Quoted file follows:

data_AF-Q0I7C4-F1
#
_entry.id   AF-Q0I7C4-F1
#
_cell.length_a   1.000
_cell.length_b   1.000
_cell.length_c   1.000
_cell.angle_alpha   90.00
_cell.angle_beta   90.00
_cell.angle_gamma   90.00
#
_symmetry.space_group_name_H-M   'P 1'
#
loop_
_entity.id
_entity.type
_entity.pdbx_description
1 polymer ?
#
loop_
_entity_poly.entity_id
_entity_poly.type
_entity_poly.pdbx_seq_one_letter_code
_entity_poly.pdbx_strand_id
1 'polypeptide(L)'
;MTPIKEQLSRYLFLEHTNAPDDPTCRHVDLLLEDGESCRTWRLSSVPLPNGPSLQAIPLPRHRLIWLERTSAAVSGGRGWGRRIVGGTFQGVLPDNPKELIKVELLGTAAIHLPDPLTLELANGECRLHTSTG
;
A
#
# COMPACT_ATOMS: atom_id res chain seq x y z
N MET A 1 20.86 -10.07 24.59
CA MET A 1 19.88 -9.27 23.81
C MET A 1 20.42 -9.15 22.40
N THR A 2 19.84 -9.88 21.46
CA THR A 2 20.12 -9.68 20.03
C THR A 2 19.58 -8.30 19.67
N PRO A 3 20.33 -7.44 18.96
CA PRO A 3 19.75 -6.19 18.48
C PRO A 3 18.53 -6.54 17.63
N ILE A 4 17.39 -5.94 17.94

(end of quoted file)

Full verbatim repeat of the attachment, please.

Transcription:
data_AF-Q0I7C4-F1
#
_entry.id   AF-Q0I7C4-F1
#
_cell.length_a   1.000
_cell.length_b   1.000
_cell.length_c   1.000
_cell.angle_alpha   90.00
_cell.angle_beta   90.00
_cell.angle_gamma   90.00
#
_symmetry.space_group_name_H-M   'P 1'
#
loop_
_entity.id
_entity.type
_entity.pdbx_description
1 polymer ?
#
loop_
_entity_poly.entity_id
_entity_poly.type
_entity_poly.pdbx_seq_one_letter_code
_entity_poly.pdbx_strand_id
1 'polypeptide(L)'
;MTPIKEQLSRYLFLEHTNAPDDPTCRHVDLLLEDGESCRTWRLSSVPLPNGPSLQAIPLPRHRLIWLERTSAAVSGGRGWGRRIVGGTFQGVLPDNPKELIKVELLGTAAIHLPDPLTLELANGECRLHTSTG
;
A
#
# COMPACT_ATOMS: atom_id res chain seq x y z
N MET A 1 20.86 -10.07 24.59
CA MET A 1 19.88 -9.27 23.81
C MET A 1 20.42 -9.15 22.40
N THR A 2 19.84 -9.88 21.46
CA THR A 2 20.12 -9.68 20.03
C THR A 2 19.58 -8.30 19.67
N PRO A 3 20.33 -7.44 18.96
CA PRO A 3 19.75 -6.19 18.48
C PRO A 3 18.53 -6.54 17.63
N ILE A 4 17.39 -5.94 17.94